The Rebs will play a concert at the very classy Ruby Lounge, Bond Street Wellington, on 21 November from 4 – 7 pm.
This will be a civilized Sunday afternoon/evening at this lovely and intimate venue. Come along for a drink (or 4), have a nice Ruby Lounge dinner, and hear a full concert’s worth of Klezmer Rebs music.
In a unique Wellington arts event, the Klezmer Rebs will perform an intimate concert at the Ruby Lounge, featuring a special set with Raumati author Lynn Jenner reading poetry accompanied by klezmer music.
After the Klezmer Rebs’ first set (around 5.15) you will experience a special artistic partnership featuring the poetry of Lynn Jenner, from her award-winning book Dear Sweet Harry. Lynn’s poems introduce you to Harry Houdini, the world’s greatest ever escapologist, and Mata Hari, a woman who did not so much dance as slowly and gracefully take off her clothes. The musical accompaniment is pushy, poignant, sweet and sad and hopeful, just like Houdini and Mata Hari, and it travels around the world just as they did.
This is the kind of show the Rebs love to play, as it allows us to stretch out and play our whole range of repertoire, including the soft and sad tunes as well as the tuchass-shaking rebellious ones. We will play a quadroodle (?) of short Hannukah songs, and play live for the first time two new songs we have been working on – one is a yiddish tango and the other a klezmer country swing song.
We’re thirlled that Urs Signer will be with us on stage with his soaring clarinet solos, and even helicon player Amanda from Gisborne (and her hubby soundman Alexis) will be with us to make the Rebs complete and give us a great bottom end!
Here is how Capital Times (thanks Melody) puts it: http://www.capitaltimes.co.nz/article/3575/KlezmerisingHoudini.html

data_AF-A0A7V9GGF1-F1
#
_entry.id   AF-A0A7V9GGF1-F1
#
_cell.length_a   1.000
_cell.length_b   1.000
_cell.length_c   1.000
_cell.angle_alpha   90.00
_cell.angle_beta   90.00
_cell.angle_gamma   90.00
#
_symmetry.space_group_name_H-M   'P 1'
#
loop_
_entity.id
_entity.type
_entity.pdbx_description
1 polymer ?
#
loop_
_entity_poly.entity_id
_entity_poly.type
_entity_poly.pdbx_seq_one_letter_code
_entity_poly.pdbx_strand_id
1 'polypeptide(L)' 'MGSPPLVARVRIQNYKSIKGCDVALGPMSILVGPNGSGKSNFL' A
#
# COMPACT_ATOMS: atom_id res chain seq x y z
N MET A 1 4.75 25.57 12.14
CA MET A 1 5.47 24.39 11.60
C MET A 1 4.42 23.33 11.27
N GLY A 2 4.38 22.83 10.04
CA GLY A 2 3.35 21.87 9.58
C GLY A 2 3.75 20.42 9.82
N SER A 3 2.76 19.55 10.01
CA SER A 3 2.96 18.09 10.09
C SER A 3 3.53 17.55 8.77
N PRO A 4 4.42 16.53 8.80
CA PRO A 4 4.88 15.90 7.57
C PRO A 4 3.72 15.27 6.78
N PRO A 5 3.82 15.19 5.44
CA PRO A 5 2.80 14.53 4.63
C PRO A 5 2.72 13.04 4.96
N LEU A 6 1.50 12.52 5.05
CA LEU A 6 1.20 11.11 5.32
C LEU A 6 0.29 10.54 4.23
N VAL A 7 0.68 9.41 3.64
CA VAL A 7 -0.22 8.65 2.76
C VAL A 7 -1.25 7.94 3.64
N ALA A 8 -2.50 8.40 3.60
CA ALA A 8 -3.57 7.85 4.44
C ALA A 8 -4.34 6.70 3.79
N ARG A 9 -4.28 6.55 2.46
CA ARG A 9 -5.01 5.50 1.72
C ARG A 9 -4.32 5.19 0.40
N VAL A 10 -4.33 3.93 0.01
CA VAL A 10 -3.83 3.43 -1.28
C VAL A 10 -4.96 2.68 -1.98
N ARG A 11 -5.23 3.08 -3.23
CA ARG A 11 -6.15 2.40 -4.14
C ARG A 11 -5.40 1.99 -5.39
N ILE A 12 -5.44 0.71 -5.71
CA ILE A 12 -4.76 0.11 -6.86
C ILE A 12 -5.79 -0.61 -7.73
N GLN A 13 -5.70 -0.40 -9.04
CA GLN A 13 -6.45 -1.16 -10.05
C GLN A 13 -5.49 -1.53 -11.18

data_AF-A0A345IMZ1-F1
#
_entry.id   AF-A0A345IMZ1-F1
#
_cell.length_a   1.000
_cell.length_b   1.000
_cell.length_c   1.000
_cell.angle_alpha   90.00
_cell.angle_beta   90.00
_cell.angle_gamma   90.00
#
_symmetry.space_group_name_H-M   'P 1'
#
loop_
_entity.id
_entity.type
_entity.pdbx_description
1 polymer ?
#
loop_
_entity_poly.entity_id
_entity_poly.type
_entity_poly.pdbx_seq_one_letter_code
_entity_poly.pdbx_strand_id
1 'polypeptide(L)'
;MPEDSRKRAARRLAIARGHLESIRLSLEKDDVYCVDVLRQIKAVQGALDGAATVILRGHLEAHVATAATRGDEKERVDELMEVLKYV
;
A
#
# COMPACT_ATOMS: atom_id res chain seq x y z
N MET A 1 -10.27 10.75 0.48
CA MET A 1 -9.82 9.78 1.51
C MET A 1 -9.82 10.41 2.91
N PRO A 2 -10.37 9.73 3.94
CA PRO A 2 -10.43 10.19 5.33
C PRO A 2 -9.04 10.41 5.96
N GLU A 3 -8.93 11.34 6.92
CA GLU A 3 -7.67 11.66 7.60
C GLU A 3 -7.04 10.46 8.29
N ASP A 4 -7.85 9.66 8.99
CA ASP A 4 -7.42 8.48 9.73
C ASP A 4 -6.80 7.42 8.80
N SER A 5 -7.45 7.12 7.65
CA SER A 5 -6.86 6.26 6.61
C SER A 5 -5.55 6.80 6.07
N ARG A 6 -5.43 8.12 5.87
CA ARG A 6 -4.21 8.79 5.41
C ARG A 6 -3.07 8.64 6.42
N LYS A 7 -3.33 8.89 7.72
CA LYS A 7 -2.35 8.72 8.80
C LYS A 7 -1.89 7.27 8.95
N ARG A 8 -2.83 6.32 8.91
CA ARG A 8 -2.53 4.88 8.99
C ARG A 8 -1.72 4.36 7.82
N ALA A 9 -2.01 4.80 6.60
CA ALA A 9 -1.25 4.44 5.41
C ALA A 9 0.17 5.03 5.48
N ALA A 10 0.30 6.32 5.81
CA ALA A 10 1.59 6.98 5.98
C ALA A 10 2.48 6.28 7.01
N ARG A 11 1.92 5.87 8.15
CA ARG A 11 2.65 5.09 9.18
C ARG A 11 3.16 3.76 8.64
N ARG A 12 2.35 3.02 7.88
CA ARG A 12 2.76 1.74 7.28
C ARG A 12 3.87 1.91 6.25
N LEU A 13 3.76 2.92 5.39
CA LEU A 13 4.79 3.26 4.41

Storyteller Mona Williams and the Klezmer Rebs helped raise over $1200 for Temple Sinai at Sunday’s L’Chayim fundraiser.
Mona told an Issac Bashevis Singer story about a ‘ fools paradise’ and a personal story about the man who created the stained glass windows at the synagogue. The Rebs threw a few of our story-songs into the mix.
Thanks to all who attended for your support.
Last nite after a rocking good Rebs set (if I must say so myself), which included Josh (sax), Hayden (clarinet) and Dean (trombone) jamming with us on Od Yishama and Grine Kuzine, Oy Azoy did their own set and Urs stepped up and wailed away with a flurry of note noodles (note kugels?) that had us all amazed. Great to hear Oy Azoy myspace.com/oyazoy with a new angle on klezmer – kind of a pacific reggae-ska thing with some klezmer overtones – shall we call it Jamaican kugel? Or as Dr McCoy would say to Captain Kirk: “It’s klezmer Jim, but not as we know it.”
I loved the arrangements of the sax/clarinet/trombone trio.
Here’s a first for the Klezmer Rebs – young, exciting and just finished the Certificate in DJ and Electronic Music DJ course at Whitireia Polytech, DJ Cut Loose (aka Jen) has remixed Od Yishama, which is part of a medley on the 13th track of the Rebs latest CD Just add shmaltz.
Cut Loose was given the Rebs’ pre-mastered tracks from the song and has transformed it into something very different. Yishama-o-rama she calls it. You can listen to it right now!
… or head over to Jen’s Myspace page, download it for a trifle
Stephen Fisher of the Manawatu Standard reviews the Klezmer Rebs’ 17 January performance at the Palmerston North Library with lots of kind words here.
Simon Sweetman published a short review of the Klezmer Reb’s CD Just Add Shmaltz in The Dominion Post, Friday 2 October 2009, in the Entertainment section, page B6. From the review:
If you have enjoyed The Benka Borodovsky Bordello Band or The Jews Brothers, then The Klezmer Rebs will be to your taste…. It’s thigh-slapping music that is likely to be returning to a Botanic Garden concert near you.
In the Listener (26 September – 2 October 2009, page 43) Ian Dando gives a great review of the Reb’s latest CD Just Add Shmaltz:
This Wellington octet can let their hair down and swing Jewish wedding music with energetic solos just where it matters on clarinet, violin and trumpet, with spontaneous lead singing to match. Clarinet solos are wildly creative in their Russian-flavoured Ochi Chorniye. There are some crackers when they leave traditional klezmer and write their own, especially the opening Kumt Kumt Chaverim, with its catchy refrains gyrating tonally between E minor and B flat major. The Rebs offer genuine in-style klezmer sonority, played with bubbling festivity.